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Alice and Bob play the famous game of divide and choose $n$ times with $n$ identical cakes. Each time, Alice cuts the cake to two pieces, and Bob chooses the piece he prefers. Alice does not know Bob's preferences, but she assumes that they come from a uniform distribution.

What is the strategy that maximizes Alice's expected total value?

Here is my solution so far.

Let's assume that the cake is the interval $[0,1]$. Alice cuts the cake by choosing some $x\in [0,1]$. Let $h\in[0,1]$ be a point such that Bob is indifferent between the cake to the left of $h$ and the cake to the right of $h$. Let $V(x)$ be Alice's valuation of the interval $[0,x]$; it is a continuous and increasing function of $x$. Then:

  • If $h> x$, then Bob picks $[x,1]$ and Alice gets $[0,x]$ and gains $V(x)$.
  • If $h< x$, then Bob picks $[0,x]$ and Alice gets $[x,1]$ and gains $V(1)-V(x)$.
  • If $h=x$ then, let's say Bob picks a piece at random so Alice gains on average $V(1)/2$.

If Alice knows $h$, then she has a simple optimal strategy:

  • If $V(h) > V(1)-V(h)$, then select $x^* = h-\epsilon$, for some $\epsilon>0$, and gain $\approx V(h)$.
  • Otherwise, select $x^* = h+\epsilon$, for some $\epsilon>0$, and gain $\approx V(1)-V(h)$.

Initially, Alice does not know $h$, so she assumes it is distributed uniformly in $[0,1]$. If Alice cuts at $x$ and Bob chooses left, this tells Alice that $h\in[0,x]$; if Bob chooses right, this tells Alice that $h\in[x,1]$. So, using binary search, Alice can estimate $h$ to an arbitrary precision. This seems to be an optimal strategy when $n\to\infty$: spend a lot of rounds initially for getting an accurate estimate of $h$, and use this estimate from then on to get the optimal possible value.

I am stuck at the case where $n$ is finite and small. The question bogs me even for $n=2$: what is the optimal first cut?

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  • $\begingroup$ I have edited my answer and undeleted it (my previous version had a glaring mistake where I assumed a random second cut - which makes no sense, you will choose the best second cut). The result is quite surprising, I hope I didn't make a mistake somewhere (it's quite some busywork). $\endgroup$ – orlp Jun 20 '18 at 23:42
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Let $v(x) = \frac{V(x) - V(0)}{V(1) - V(0)}$ so $v(x)$ nicely goes from $0$ to $1$. Maximizing $v$ also maximizes $V$. To cover my ass for future mistakes regarding $<$ vs $\leq$, I will assume that you will never exactly guess $x = h$.

Now, if $n = 1$, we can find the expected value from cutting at $x$ by integrating over all possible $h$:

$$e_1(x) = E[v(x)] = \int_0^x (1 - v(x))dh + \int_x^1 v(x)dh = (1 - 2x)v(x) + x$$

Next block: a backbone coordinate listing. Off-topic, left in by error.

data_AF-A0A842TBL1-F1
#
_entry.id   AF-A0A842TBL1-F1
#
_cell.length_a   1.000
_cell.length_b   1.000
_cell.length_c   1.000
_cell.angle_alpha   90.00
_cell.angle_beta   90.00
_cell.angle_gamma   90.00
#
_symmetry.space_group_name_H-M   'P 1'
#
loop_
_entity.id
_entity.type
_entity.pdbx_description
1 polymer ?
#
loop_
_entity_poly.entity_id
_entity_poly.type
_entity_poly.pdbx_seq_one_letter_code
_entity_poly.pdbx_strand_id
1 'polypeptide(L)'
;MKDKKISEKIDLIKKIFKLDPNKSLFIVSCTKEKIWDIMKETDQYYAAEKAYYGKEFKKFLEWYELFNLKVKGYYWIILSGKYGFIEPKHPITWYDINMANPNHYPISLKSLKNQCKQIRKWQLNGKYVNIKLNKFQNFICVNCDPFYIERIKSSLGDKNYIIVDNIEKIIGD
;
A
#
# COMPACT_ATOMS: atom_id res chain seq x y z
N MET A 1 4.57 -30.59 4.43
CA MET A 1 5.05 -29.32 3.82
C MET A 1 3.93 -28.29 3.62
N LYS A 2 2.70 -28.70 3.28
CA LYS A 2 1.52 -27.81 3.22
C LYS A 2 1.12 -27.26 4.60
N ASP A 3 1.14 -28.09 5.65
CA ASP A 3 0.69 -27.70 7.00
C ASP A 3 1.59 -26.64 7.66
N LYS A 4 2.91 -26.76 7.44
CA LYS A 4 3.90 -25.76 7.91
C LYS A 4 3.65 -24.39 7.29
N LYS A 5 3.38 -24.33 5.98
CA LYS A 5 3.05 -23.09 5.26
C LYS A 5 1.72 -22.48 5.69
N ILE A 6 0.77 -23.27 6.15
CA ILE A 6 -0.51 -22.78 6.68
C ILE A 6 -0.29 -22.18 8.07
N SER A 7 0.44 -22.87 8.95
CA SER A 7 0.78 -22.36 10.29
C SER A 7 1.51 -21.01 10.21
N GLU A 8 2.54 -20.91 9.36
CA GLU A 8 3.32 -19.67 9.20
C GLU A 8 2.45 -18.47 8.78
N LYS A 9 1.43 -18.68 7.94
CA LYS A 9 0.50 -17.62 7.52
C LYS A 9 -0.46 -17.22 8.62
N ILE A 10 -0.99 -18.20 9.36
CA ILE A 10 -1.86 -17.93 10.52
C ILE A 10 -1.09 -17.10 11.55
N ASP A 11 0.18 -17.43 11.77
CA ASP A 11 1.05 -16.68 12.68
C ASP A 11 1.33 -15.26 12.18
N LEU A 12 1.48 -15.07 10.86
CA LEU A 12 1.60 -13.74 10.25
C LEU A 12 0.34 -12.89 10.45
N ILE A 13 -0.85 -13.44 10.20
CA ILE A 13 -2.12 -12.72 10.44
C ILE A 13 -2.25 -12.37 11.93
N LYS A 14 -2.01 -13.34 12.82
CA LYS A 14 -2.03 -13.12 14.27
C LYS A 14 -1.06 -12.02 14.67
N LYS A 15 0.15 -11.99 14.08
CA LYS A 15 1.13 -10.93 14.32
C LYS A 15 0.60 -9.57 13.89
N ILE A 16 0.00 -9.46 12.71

Which allows you to maximize $e_1$ with differentiation to find the optimal $x$. Note that in the above example "all possible $h$" meant $[0, 1]$. But what if we know that $h \in [a, b]$ due to previous information?

Then we get the following sum of integrals for when also $x \in [a, b]$:

$$\int_a^x (1 - v(x))dh + \int_x^b v(x)dh = (a + b - 2x)v(x) - a + x$$

Which makes the total expected valuation:

$$e_{1,a,b}(x) = E[v(x) | a \leq h \leq b] = \begin{cases} v(x) & \text{if $x < a$}\\ (a + b - 2x)v(x) - a + x & \text{if $a \leq x \leq b$}\\ 1 - v(x) &\text{if $x > b$} \end{cases}$$

Now let's analyze $n = 2$. Suppose our first cut is at $x$, then there is a $x$ chance $h \leq x$ and $1 - x$ chance $h \geq x$. In both those scenarios we will then choose our best possible $y$. This gives equation:

$$e_2(x) = e_1(x) + x\left( \max_{0 \leq y \leq 1} e_{1,0,x}(y)\right) + (1-x)\left( \max_{0 \leq y \leq 1} e_{1,x,1}(y)\right)$$

$$\max_{0 \leq y \leq 1} e_{1,0,x}(y) = \max\left(\max_{0 \leq y \leq x} ((x - 2y)v(y) + y), \max_{x \leq y \leq 1} (1 - v(y))\right)$$

$$\max_{0 \leq y \leq 1} e_{1,x,1}(y) = \max\left(\max_{0 \leq y \leq x} v(y), \max_{x \leq y \leq 1} ((x + 1 - 2y)v(y) - x + y)\right)$$

Now let's say $v(x) = x$, a simple linear increase in desire for more cake. Now we can actually solve:

$$\max_{0 \leq y \leq 1} e_{1,0,x}(y) = \max\left(\begin{cases}x(1-x)&0\leq x \leq \frac{1}{3}\\\frac{1}{8}(x+1)^2&\frac{1}{3} \leq x \leq 1\end{cases}, 1 - x\right)$$

$$\max_{0 \leq y \leq 1} e_{1,x,1}(y) = \max\left(x, \begin{cases}\frac{1}{8}(x-2)^2&0\leq x \leq \frac{2}{3}\\x(1-x)&\frac{2}{3} \leq x \leq 1\end{cases}\right)$$

Now $e_2$ is complicated, but is essentially a piecewise function which can be solved.

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  • $\begingroup$ So the optimal first cut is around 0.8? This is indeed very surprising. I would expect the function to be symmetric. Why is there a difference between cutting at 0.8 and cutting at 0.2? $\endgroup$ – Erel Segal-Halevi Jun 21 '18 at 6:22
  • $\begingroup$ $\max_{0\le y\le 1}e_{1,0,x}(y)$ should be $\max\left(\max_{0\le x\le y}((x-2y)v(y)+\color{red}{y})\color{red}{/x},\ldots\right)$. $\endgroup$ – xskxzr Jun 21 '18 at 7:33
  • $\begingroup$ @xskxzr Oops, it definitely should be $((x - 2y)v(y) + y)$, but I don't see why the division by $x$. Also you changed the subscript from $0 \leq y \leq x$ to $0 \leq x \leq y$, which I don't understand either. $\endgroup$ – orlp Jun 21 '18 at 9:14
  • $\begingroup$ @ErelSegal-Halevi xskxzr spotted a mistake, I will fix this answer later, I have an exam coming up in 3 hours :) $\endgroup$ – orlp Jun 21 '18 at 9:15
  • $\begingroup$ @orip Division by $x$ is because the probability is, for example, $(x-y)/x$, rather than $x-y$. $0\le x\le y$ is a typo. $\endgroup$ – xskxzr Jun 21 '18 at 9:41

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